Iglesia Ni Cristo Calls for Multi-Sectoral, Cross-Religious Effort to Fight Poverty

Iglesia Ni Cristo

The Iglesia Ni Cristo (Church of Christ), a global, independent, Christian religious organization declared poverty as “public enemy number one.” The Church is now calling for a multi-sectoral and cross-religious effort to fight poverty.

Under the leadership of its Executive Minister Eduardo V. Manalo, the Church expanded its anti-poverty and socio-civic projects for poor Filipinos through the Lingap sa Mamamayan Program (Aid to Humanity) under the Felix Y. Manalo Foundation.

Iglesia Ni Cristo said we must fight poverty relentlessly

Glicerio B. Santos, Jr., a minister of the gospel and general auditor of Iglesia Ni Cristo, said, “ Poverty is a problem that confronts us all, one that all faiths universally condemn. While we have different beliefs, we agree wholeheartedly that we should wage all-out war against growing social inequity.

Iglesia Ni Cristo Aid to Humanity
Bro. Glicerio Santos, Jr. (left) with Tacloban City Mayor Alfred Romualdez during a relief distribution (Image credit: incmedia.org)

Santos added that we should all consider poverty as an enemy regardless of our political or religious affiliations. According to him, we should fight poverty unrelentingly and the best way to defeat it is to work together. He said, “We can better combat poverty if we work and pull our resources together.”

Furthermore, Santos said, “Our Lingap Pamamahayag is a year-round program that’s been actively providing material and spiritual help to Iglesia and non-Iglesia members all over the country. We envision an expansion of this initiative through the participation of our brethren from other socio-civic and religious groups so we can have a bigger impact on poverty reduction,” Santos said.

Based on the survey conducted by the Social Weather Station (SWS) in the fourth quarter of 2015, 11.2 million Filipino families consider themselves as poor. The research firm also found that 11.7% of an estimated 2.6 million families are experiencing involuntary hungers at least once over the past three months. Around two million families experience moderate hunger while 621,000 families experienced severe hunger.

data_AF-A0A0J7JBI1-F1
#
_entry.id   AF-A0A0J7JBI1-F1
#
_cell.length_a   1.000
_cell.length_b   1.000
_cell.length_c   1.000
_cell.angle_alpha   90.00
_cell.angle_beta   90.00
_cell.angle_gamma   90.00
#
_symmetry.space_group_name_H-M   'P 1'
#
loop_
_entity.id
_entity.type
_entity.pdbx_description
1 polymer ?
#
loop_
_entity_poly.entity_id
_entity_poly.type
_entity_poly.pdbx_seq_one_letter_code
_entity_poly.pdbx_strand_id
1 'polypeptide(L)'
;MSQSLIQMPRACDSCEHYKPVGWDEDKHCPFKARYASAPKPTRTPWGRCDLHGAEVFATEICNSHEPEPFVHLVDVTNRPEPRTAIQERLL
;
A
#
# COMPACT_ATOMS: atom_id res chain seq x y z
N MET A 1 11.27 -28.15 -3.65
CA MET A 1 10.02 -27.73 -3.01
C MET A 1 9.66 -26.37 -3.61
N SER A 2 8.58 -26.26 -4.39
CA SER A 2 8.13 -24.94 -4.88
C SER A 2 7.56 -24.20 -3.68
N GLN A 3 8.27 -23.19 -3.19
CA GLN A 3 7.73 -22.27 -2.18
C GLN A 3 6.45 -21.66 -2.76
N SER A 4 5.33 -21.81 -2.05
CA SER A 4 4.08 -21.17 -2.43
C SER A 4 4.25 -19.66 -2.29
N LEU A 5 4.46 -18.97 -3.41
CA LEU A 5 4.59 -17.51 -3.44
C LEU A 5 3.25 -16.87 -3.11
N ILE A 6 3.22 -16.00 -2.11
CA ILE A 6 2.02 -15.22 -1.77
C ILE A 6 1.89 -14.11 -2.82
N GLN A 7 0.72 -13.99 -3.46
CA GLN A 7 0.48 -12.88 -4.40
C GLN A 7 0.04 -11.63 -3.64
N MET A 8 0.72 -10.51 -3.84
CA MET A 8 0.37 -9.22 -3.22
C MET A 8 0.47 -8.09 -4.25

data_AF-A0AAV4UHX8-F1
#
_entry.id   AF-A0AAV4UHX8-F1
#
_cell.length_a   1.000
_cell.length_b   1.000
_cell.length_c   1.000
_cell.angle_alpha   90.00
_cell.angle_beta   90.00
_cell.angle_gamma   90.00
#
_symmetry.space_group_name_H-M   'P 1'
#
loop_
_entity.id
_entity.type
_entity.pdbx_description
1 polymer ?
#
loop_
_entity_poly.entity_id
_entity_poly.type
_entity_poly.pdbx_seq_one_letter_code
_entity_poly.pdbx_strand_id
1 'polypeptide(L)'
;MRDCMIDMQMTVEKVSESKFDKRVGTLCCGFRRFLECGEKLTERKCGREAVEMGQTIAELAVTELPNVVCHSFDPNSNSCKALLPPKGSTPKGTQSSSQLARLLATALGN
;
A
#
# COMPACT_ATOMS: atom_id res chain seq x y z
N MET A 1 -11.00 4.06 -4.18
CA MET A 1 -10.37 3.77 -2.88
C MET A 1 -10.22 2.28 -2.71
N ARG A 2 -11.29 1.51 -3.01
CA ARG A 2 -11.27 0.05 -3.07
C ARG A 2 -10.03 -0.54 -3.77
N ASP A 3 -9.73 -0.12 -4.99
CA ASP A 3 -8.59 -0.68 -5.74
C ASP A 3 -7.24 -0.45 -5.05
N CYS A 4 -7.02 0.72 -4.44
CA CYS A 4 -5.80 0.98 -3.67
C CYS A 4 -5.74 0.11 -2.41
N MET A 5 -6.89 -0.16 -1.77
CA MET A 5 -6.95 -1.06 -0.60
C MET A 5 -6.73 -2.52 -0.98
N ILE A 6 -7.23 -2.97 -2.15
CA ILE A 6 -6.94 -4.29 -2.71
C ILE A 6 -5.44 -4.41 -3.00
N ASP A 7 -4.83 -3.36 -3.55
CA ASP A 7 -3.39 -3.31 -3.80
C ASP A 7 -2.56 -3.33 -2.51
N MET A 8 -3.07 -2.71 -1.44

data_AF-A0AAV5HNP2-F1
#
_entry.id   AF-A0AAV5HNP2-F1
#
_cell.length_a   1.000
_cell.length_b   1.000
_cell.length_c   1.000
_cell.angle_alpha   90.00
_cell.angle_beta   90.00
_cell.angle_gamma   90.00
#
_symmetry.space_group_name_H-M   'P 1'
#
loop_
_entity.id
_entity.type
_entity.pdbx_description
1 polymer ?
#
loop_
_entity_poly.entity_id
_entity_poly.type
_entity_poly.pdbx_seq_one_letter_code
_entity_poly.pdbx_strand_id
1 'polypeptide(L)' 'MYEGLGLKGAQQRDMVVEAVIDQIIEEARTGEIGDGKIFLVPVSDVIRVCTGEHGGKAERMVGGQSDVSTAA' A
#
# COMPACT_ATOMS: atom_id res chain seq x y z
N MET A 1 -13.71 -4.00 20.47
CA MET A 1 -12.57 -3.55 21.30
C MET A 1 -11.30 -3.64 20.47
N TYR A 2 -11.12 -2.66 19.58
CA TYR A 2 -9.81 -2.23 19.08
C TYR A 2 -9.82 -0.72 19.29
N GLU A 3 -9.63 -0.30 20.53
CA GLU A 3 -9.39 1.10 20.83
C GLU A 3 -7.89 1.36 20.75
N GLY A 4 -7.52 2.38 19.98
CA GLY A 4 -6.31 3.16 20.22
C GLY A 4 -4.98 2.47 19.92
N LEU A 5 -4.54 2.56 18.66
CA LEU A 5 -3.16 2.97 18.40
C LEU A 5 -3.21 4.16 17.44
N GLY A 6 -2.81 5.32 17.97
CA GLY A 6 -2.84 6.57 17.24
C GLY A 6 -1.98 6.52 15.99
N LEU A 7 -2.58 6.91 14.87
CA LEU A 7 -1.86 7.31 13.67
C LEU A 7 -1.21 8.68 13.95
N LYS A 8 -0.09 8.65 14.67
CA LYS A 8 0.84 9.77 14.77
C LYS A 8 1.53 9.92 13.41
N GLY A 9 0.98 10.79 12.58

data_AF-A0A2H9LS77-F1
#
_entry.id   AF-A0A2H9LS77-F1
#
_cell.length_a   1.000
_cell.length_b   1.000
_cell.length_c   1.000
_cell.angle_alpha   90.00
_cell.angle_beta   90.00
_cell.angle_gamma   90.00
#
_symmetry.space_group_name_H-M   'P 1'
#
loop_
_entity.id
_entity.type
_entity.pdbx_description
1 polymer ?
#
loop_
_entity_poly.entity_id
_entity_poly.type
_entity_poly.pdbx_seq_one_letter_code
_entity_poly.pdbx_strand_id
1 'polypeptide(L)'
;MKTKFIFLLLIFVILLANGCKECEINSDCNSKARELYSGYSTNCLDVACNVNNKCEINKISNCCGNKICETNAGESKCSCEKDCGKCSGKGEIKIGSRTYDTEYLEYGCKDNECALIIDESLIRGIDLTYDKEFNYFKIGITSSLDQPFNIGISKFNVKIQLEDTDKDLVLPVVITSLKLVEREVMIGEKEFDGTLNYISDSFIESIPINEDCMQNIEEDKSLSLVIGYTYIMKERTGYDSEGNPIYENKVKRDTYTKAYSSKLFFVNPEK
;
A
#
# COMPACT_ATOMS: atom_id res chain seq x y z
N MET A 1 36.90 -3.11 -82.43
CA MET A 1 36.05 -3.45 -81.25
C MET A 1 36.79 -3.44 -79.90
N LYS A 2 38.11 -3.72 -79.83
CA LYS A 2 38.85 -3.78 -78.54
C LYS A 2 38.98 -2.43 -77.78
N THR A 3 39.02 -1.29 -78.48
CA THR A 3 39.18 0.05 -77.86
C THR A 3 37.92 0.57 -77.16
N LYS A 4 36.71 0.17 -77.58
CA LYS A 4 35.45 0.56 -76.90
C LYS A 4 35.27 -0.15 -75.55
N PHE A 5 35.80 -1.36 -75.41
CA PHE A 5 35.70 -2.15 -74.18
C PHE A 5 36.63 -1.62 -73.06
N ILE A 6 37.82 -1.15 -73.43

Iglesia Ni Cristo is humbly helping people in need

According to Santos, the Iglesia Ni Cristo is humbly doing its small share in helping those who are less fortunate in life.

“A bigger program that involves our brothers and sisters from other socio-civic and religious groups would generate added interest and have a bigger impact on our target communities. That’s the direction we want to pursue with Lingap,” said Santos.

Several communities in Luzon, Visayas and Mindanao already benefitted from the Iglesia Ni Cristo’s Aid to Humanity program.

Iglesia Ni Cristo Aid to Humanity
Image credit: incmedia.org

The Church kicked off its Aid to Humanity programs this 2016 in early January. It distributed thousands of food packs and provided dental and medical services to indigent residents at the Muslim compound in Culiat, Quezon City, Barangay Maharlika in Taguig City, Baseco and Parola compounds in Tondo, Manila; and Santo Tomas, Pangasian.

The Iglesia Ni Cristo also launched its new 16,000 hectares eco-farming site in Cotabato, which is expected to provide livelihood for 8,400 members of the indigenous people (lumad) communities in the province. The Church will also build 3,000 houses for the lumad, a mini water reservoir, tools, equipment, and vehicles that will be used for farming.

Eco-farming is a livelihood project for poor Church members and non-members in two years ago.  Among the first beneficiaries of the Iglesia Ni Cristo’s eco-farming project were the victims of Typhoon Haiyan. The Church provided a resettlement area with eco-farming facility, garments, and dried fish factories, and built 1,000 housing units for its members affected by the calamity. The livelihood projects in the resettlement area, which is located in Sitio New Era, Barangay Langit in Alang-alang, are also open for non-members.

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